TOPICS FOR LECTURE, DISCUSSION, & ASSIGNED READINGS
I. Methodological Considerations
1.Area Studies
2.Cross Cultural (Cross National) Analysis
3.The Comparative Perspective:Replication & Generalization
Readings: Brinton, chapter 1; Peretz, chapters 1,2, & Epilogue; Bill & Springborg, (B&S) chapters 1, 2, 3.
 
II. Revolution and Nationalism
1. What revolution is not
2.  Preliminary signs and stages of revolution
Readings: Brinton, chapters 2, 3, 4; B&S, pp.72-83; Peretz, chapter 6.
 
III. The Iranian Case: Liberalism, Nationalism, Modernizing Autocracy and Islamic
Revolution
Readings: Brinton, chapters 5, 6, 7; Peretz, chapters 4, 5, 17; B&S, chapters 5 (especially pp.
102-206), 6; Lambton, the entire article; Hegland, the entire article.
Azar Nafisi/Reading Lolita in Tehran
Christopher de Bellaigue/Who Rules Iran?/The New York Review of Books/June27,2002 (Recommended)
Iran-TheStruggleForChange:WhoHoldsPower?/bbc.co.uk
RobertD.Kaplan/ABazaari'sWorld(Iran)/Atlantic/March1996
NikkieKeddie/BetterThanThePast:WhatRecentHistoryHasTaughtIranians/Iranian.com/April25.2003
 
IV. The Egyptian Case: Liberalism, Nationalism, Authoritarian Mobilization, and
"Thermidor"
Readings: Brinton chapters 5 (revisited), 8, 9; Peretz, chapters 8, 9; B&S chapters 5 (especially
pp. 207-227), 6 (see material on Egypt).
 
V. The Turkish Case: Liberalism, Nationalism, and Uncertain Democracy
Readings: Brinton, chapters 2, 3, 4 (revisited); Peretz, chapters 3, 7; B&S, chapters 5 (especially
pp. 180-192), and 6 (see material on Turkey).
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Excerpts From Academic Honesty Statement
Learning and teaching take place best in an atmosphere of intellectual freedom and openness. All members of the academic community are responsible for supporting freedom and openness through rigorous personal standards of honesty and fairness. Plagiarism and other forms of academic dishonesty undermine the very purpose of the university and diminish the value of an education.
Academic Offenses
Students who have committed academic dishonesty, which includes cheating on an examination or other academic work to be submitted, plagiarism, collusion, or abuse of resource materials, are subject to disciplinary action.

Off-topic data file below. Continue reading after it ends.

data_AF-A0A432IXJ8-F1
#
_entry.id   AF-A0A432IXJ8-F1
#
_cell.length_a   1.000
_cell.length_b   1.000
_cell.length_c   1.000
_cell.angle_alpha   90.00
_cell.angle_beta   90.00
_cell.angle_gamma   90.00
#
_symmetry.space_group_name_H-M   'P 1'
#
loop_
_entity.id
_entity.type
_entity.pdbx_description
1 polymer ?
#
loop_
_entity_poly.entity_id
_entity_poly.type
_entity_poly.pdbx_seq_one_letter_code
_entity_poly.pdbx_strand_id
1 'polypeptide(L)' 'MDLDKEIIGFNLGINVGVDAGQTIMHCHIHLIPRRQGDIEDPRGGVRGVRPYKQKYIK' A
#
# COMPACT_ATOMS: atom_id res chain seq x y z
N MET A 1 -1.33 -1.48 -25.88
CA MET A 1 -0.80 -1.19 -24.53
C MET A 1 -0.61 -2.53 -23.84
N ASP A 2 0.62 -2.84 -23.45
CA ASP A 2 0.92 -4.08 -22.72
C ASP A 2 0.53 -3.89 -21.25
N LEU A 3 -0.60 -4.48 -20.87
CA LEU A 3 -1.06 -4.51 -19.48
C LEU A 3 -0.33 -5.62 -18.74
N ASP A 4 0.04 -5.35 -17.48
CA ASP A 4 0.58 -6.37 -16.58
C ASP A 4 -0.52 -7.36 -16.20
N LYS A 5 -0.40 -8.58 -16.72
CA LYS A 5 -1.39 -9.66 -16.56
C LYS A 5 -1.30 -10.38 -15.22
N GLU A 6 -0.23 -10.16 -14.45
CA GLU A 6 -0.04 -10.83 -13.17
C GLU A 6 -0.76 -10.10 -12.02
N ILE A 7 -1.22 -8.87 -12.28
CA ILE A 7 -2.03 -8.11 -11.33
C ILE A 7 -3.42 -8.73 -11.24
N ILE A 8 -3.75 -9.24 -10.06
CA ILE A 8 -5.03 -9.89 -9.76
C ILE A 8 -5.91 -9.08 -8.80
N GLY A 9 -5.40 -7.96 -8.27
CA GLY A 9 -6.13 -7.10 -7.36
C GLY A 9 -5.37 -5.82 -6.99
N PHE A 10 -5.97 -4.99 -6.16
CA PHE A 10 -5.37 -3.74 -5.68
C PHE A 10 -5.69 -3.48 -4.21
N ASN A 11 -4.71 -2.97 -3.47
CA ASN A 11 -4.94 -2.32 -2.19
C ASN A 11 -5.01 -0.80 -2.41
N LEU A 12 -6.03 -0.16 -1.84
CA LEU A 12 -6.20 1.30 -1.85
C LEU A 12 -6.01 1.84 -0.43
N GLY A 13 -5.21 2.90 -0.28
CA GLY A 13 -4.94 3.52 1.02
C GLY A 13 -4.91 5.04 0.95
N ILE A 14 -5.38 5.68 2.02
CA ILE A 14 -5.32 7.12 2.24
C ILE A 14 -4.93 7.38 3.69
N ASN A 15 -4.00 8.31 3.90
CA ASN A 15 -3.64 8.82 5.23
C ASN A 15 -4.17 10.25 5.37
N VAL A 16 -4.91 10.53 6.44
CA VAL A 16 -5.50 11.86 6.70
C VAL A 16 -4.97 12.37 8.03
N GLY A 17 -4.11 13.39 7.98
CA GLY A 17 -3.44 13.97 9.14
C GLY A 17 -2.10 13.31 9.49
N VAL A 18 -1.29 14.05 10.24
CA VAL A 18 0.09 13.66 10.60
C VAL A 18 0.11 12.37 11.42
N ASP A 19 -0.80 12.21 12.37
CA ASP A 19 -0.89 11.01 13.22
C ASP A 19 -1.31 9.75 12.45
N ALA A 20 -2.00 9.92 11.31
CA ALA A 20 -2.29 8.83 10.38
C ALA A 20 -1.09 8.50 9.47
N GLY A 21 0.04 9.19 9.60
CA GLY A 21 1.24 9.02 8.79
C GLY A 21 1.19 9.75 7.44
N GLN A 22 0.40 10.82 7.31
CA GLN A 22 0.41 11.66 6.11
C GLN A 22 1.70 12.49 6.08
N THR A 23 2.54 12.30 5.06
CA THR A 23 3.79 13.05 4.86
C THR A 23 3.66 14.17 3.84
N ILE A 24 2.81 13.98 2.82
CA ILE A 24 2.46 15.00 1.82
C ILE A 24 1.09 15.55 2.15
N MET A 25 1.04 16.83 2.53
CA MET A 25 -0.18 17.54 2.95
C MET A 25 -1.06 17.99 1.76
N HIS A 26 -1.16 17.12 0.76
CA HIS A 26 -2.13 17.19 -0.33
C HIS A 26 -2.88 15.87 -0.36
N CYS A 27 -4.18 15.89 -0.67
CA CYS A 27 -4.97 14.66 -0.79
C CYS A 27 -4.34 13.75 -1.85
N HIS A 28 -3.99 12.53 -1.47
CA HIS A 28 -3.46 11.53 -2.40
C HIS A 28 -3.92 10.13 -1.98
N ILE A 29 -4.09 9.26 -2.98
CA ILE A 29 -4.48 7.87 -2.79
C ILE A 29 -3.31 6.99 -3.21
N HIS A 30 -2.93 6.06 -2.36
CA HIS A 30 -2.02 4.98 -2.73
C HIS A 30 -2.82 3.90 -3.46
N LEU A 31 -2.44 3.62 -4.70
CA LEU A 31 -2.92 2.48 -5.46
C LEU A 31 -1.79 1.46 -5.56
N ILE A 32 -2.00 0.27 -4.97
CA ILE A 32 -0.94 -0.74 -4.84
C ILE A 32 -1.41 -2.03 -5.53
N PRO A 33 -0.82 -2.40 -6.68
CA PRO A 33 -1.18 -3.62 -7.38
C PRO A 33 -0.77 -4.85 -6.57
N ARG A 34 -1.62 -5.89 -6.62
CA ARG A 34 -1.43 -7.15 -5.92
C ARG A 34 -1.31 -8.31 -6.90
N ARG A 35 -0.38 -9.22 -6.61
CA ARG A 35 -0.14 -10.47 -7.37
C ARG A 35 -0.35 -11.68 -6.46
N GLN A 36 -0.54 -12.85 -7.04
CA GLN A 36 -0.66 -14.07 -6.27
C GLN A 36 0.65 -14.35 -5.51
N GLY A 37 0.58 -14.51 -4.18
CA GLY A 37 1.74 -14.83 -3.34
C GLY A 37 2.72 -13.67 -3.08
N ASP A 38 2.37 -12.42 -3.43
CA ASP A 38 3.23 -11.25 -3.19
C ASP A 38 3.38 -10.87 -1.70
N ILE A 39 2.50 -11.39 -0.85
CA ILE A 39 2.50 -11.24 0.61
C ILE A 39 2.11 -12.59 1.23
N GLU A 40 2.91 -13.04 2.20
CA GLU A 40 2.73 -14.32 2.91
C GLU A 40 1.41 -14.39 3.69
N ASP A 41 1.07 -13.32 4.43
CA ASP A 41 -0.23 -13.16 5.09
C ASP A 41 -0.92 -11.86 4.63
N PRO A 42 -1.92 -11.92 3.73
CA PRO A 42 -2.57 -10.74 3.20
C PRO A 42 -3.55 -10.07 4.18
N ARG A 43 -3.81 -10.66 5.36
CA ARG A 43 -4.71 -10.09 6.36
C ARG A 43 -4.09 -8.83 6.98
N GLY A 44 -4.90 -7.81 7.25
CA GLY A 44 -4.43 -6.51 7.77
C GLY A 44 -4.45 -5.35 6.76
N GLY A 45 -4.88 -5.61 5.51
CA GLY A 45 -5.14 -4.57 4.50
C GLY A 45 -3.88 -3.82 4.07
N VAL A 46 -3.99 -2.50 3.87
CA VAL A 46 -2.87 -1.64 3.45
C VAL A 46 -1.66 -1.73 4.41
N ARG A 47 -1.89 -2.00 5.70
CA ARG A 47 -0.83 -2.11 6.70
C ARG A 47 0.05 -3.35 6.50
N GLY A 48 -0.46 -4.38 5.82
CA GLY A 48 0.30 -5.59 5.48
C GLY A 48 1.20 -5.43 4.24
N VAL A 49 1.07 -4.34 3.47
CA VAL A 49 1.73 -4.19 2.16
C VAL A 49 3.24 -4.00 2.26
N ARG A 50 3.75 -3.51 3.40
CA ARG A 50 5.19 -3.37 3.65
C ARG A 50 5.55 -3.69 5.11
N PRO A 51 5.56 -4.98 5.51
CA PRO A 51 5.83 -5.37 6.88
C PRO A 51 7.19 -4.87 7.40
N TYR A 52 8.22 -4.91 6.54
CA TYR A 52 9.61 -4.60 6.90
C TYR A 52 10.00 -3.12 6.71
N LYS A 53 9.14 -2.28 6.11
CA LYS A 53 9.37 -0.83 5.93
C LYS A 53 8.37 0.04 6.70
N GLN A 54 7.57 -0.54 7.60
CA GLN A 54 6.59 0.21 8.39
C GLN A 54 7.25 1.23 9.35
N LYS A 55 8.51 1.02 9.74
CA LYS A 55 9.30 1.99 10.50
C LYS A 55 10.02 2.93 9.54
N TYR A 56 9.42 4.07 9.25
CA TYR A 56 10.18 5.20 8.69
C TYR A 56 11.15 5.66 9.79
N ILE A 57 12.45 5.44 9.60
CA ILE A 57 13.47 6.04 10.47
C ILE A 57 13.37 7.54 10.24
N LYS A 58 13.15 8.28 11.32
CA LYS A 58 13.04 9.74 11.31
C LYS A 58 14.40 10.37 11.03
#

a. Academic work means the preparation of an essay, thesis, report, problem assignments, or other projects which are to be submitted for purposes of grade determination.
b. Cheating means:
1. Copying from another student’s test paper, laboratory report, other report or computer files, data listing, and/or programs.
2. Using materials during a test unauthorized by person giving test.
3. Collaborating, without authorization, with another person during an examination or in preparing academic work.
4. Knowingly, and without authorization, using, buying, selling, stealing, transporting, soliciting, copying, or possessing, in whole or part, the content of an unaministered test.
5. Substituting for another student—or permitting another person to substitute for oneself in taking an exam or preparing academic work.
6. Bribing another person to obtain an unadministered test or information about an unadministered test.
c. Plagiarism means the appropriation of another’s work and the unacknowledged incorporation of that work in one’s own written work offered for credit. (Underline Added)
d. Collusion means the unauthorized collaboration with another person in preparing written work offered for credit.
e. Abuse of resource materials means the mutilation, destruction, concealment, theft or alteration of materials provided to assist students in the mastery of course materials.
Penalties for Academic Dishonesty
Students who have committeed academic dishonesty may be subject to:
a. Academic penalty including one or more of the following when not inconsistent:
1. A requirement to perform additional academic work not required of other students in the course;
2. Required to withdraw from the course with a grade of “F.”  (Underline Added)
3. A reduction to any level grade in the course, or on the exam or other academic work affected by the academic dishonesty.
b. Disciplinary penalty including any penalty which may be imposed in a student disciplinary hearing pursuant to this Code of Conduct.

The complete Texas State University Academic Honesty Statement is accessible @ Academic Honesty Statement/Student Handbook/Texas State University San Marcos
http://davinci.mrp.swt.edu/mrp/publications/studenthandbook/academicprocedures.html#academic